Furthermore, there are numerous digital operations that will be part (and that already are) of the NGM. Nevertheless, they have been omitted due to minor applicability, if none, in the health-care field.

Smart health-care systems and hospitals are still under construction. A digital transformation of the health-care sector will be tremendous. Some authors divide this escalation into three phases:

First, solutions are likely to address routine, repetitive, and largely administrative tasks, which take long time, thus optimizing health-care procedures and being more likely to be incorporated. Besides, it will include AI applications based on images, which are used in specialties such as radiology, pathology, and ophthalmology.

Second, we expect more AI solutions that endorse a hospital care to a home care, with remote monitoring, AI-powered alerting systems, or virtual assistants, as patients increase their self-care. At this second phase, a broader use of NLP solutions could be also included both at the hospital and home settings, and AI could be expanded into specialties where technological advances are now being implemented, such as oncology, cardiology, or neurology.[8] These will demand a broader integration of AI in clinical workflows through health-care professionals and providers, as well as improved solutions for using existing technologies in new contexts. All these can be achieved with a combination of technological advances (e.g., in deep learning, NLP, and connectivity), training within organizations, and a cultural change.[8],[9],[13]

Finally, we foresee more AI solutions within a high evidence-based clinical practice, always seeking for improved and scaled clinical decision-support tools.[4] People would see AI as an essential part of the health-care value chain, from how we learn, investigate, and deliver care, to how we improve population's health. Specifically, in an European context, previous conditions for AI to offer its complete potential are the integration of broader data sets across organizations, strong governance to continuously improve data quality, and greater confidence from organizations, practitioners, and patients in both the AI solutions and related risk management.[11],[12]


  Conclusions Top


It is time for health-care visionaries to set prejudice aside and start contemplating the amazing landscape that next-generation medicine could offer. Today, we are relating a challenge transformation that in the future will be just medicine.

Financial support and sponsorship

Nil.

Conflicts of interest

There are no conflicts of interest.



 
  References Top

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Meskó B, Drobni Z, Bényei É, Gergely B, Győrffy Z. Digital health is a cultural transformation of traditional healthcare. Mhealth 2017;3:38.  Back to cited text no. 1
    
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Konttila J, Siira H, Kyngäs H, Lahtinen M, Elo S, Kääriäinen M, et al. Healthcare professionals' competence in digitalisation: A systematic review. J Clin Nurs 2019;28:745-61.  Back to cited text no. 2
    
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Xu J, Yang P, Xue S, Sharma B, Sanchez-Martin M, Wang F, et al. Translating cancer genomics into precision medicine with artificial intelligence: Applications, challenges and future perspectives. Hum Genet 2019;138:109-24.  Back to cited text no. 3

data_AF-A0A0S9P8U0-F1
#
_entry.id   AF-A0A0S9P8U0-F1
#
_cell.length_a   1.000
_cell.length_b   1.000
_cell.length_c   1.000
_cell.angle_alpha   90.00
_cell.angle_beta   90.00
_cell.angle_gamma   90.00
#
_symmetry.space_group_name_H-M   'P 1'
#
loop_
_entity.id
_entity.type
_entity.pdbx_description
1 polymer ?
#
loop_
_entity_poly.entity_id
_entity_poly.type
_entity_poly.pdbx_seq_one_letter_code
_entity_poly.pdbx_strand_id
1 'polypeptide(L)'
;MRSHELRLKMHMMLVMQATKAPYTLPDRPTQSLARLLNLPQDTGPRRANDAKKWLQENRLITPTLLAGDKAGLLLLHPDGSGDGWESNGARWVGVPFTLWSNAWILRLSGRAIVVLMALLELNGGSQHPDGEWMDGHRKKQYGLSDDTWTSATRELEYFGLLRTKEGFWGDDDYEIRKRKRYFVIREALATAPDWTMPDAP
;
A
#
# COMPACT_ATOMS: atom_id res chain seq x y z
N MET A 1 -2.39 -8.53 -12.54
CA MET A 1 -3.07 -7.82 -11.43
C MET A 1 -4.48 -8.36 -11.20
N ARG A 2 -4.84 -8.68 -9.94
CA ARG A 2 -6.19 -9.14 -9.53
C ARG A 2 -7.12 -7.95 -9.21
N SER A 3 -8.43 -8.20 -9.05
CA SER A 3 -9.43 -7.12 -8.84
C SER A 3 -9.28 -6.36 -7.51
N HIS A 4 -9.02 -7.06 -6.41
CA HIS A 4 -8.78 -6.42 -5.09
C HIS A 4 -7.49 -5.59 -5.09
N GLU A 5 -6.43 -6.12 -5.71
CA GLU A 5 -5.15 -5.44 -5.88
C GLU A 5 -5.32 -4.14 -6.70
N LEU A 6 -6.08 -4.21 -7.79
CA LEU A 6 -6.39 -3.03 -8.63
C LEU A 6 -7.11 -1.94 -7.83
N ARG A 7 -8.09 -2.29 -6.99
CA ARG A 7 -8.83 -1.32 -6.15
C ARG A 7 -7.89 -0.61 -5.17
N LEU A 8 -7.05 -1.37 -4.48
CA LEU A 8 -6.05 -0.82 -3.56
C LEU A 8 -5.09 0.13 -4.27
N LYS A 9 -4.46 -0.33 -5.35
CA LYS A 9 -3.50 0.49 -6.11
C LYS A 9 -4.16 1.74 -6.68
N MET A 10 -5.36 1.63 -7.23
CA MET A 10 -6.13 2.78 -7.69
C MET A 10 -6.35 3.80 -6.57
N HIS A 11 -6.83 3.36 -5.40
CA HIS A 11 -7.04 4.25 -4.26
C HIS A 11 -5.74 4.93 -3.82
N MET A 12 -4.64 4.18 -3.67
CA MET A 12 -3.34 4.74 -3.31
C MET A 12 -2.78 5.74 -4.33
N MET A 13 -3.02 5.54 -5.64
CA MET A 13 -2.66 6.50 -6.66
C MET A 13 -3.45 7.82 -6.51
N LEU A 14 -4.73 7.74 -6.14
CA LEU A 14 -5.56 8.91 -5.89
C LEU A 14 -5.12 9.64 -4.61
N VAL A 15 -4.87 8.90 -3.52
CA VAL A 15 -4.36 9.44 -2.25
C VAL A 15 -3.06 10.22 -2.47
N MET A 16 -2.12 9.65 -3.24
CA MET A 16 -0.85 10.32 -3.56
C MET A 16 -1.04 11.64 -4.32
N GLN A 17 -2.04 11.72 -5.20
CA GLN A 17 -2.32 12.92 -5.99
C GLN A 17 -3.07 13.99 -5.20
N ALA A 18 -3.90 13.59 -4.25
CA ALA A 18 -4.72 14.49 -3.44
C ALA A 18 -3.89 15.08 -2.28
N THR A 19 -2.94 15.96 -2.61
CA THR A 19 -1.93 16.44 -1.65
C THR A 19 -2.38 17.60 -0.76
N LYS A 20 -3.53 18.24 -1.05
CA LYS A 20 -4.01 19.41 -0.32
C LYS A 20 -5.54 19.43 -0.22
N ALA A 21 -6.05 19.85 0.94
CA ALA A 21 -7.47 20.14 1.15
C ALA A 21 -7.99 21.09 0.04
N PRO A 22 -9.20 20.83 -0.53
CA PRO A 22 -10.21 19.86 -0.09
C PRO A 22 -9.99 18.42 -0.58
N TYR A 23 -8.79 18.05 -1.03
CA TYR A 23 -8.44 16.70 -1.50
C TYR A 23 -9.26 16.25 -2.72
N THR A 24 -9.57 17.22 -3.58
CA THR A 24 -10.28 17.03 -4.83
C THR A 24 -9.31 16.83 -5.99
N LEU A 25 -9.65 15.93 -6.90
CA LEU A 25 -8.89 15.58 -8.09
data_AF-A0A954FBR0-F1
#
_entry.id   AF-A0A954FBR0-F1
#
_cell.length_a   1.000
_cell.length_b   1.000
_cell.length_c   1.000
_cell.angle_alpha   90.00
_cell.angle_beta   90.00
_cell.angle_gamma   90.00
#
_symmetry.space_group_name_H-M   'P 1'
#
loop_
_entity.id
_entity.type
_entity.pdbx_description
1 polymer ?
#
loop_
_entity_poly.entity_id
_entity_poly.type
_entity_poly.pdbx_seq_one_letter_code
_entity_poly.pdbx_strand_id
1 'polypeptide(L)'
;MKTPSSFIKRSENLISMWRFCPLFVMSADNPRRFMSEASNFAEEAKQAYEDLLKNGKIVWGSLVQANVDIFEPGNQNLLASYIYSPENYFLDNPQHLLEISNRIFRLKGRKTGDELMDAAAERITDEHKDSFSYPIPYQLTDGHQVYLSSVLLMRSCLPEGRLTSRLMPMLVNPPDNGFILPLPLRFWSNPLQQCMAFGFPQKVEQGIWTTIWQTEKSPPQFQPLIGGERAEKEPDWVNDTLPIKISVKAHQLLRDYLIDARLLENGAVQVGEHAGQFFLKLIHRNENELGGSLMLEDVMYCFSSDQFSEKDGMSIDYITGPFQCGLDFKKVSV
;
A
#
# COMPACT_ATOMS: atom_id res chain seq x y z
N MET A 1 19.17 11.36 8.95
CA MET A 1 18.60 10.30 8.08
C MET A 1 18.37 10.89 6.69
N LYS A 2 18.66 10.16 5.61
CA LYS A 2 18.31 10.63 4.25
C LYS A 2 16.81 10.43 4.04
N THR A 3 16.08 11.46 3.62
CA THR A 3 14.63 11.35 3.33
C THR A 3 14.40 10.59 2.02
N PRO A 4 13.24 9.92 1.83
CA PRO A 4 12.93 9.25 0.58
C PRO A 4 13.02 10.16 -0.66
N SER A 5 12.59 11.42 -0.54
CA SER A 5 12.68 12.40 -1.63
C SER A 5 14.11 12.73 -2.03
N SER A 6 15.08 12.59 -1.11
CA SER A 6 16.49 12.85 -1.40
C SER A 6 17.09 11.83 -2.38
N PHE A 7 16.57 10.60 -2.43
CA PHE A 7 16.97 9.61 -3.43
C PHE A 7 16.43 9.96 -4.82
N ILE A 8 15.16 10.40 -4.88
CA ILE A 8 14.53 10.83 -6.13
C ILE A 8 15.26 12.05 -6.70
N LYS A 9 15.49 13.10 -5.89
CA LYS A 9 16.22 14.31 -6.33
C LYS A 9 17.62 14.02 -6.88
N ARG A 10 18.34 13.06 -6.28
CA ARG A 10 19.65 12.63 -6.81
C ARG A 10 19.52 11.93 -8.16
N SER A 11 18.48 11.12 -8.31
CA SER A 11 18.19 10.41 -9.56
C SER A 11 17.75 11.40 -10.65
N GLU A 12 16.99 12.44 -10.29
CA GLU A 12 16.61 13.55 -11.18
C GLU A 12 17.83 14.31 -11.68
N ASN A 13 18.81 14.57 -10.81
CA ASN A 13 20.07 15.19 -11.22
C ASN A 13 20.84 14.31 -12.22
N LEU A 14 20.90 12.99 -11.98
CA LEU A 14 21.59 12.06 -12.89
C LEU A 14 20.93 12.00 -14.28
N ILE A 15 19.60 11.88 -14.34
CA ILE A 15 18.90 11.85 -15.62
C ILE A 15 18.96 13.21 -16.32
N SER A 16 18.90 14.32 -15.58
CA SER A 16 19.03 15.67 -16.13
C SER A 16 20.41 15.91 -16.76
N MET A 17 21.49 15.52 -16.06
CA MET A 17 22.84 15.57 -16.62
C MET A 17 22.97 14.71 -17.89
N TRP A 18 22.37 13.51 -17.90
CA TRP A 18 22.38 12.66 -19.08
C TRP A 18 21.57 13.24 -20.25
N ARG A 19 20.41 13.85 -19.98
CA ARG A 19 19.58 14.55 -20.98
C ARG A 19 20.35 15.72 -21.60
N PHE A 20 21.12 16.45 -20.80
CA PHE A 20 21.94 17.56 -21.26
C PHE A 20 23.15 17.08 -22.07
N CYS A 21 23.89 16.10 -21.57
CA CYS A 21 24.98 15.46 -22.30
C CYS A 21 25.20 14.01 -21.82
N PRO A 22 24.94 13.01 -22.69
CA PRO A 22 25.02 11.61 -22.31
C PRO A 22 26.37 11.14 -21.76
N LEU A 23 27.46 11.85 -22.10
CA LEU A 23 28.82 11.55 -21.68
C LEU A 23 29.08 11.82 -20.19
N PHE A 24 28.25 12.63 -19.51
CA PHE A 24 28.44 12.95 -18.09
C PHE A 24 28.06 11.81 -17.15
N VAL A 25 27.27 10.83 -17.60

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Tran C, Dicker A, Leiby B, Gressen E, Williams N, Jim H. Utilizing digital health to collect electronic patient-reported outcomes in prostate cancer: Single-arm pilot trial. J Med Internet Res 2020;22:e12689.  Back to cited text no. 4
    
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Pino L, Triana I, Mejia J. MAIA (Medical Artificial Intelligence Assistant) as interface for a new cancer healthcare integrative platform. JCO Glob Oncol 2019;5(Suppl):25.  Back to cited text no. 5
    
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Kagan Trenchard E, Semlies L, Gierlinger S. The digital revolution will see you now: Transforming patient experience in the digital era. Patient Exp J 2019;6:12-5.  Back to cited text no. 6
    
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Lizana FG, Santamera AS. Revisión de intervenciones con nuevas tecnologías en el control de las enfermedades crónicas (In Spanish). Madrid: Instituto de salud Carlos III;2005:7-41.  Back to cited text no. 7
    
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Rolfhamre P, Janson A, Arneborn M, Ekdahl K. SmiNet-2: Description of an internet-based surveillance system for communicable diseases in Sweden. Euro Surveill 2006;11:15-6.  Back to cited text no. 8
    
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Leeming G, Cunningham J, Ainsworth J. Ledger of me: Personalizing healthcare using blockchain technology. Front Med 2019;6:171.  Back to cited text no. 9
    
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Olson DR, Konty KJ, Paladini M, Viboud C, Simonsen L. Reassessing Google Flu Trends data for detection of seasonal and pandemic influenza: A comparative epidemiological study at three geographic scales. PLoS Comput Biol 2013;9:11.  Back to cited text no. 10
    
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Ismail S. Propósito Transformador Masivo: el primer atributo de tu Organización Exponencial que transformará el mundo [Internet]. Blog.growthinstitute.com. 2021. Available from: https://blog.growthinstitute.com/es/proposito-transformador-masivo-el-primer-atributo-de-tu-organizacion-exponencial-que-transformara-el-mundo. [Last accessed on 2021 Nov 04].  Back to cited text no. 11
    
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Ginsberg J, Mohebbi MH, Patel RS, Brammer L, Smolinski MS, Brilliant L. Detecting influenza epidemics using search engine query data. Nature 2009;457:1012-4.  Back to cited text no. 12
    
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Topol E. The Creative Destruction of Medicine: How the Digital Revolution Will Create Better Health Care. New York: Basic Books; 2013. p. 336.  Back to cited text no. 13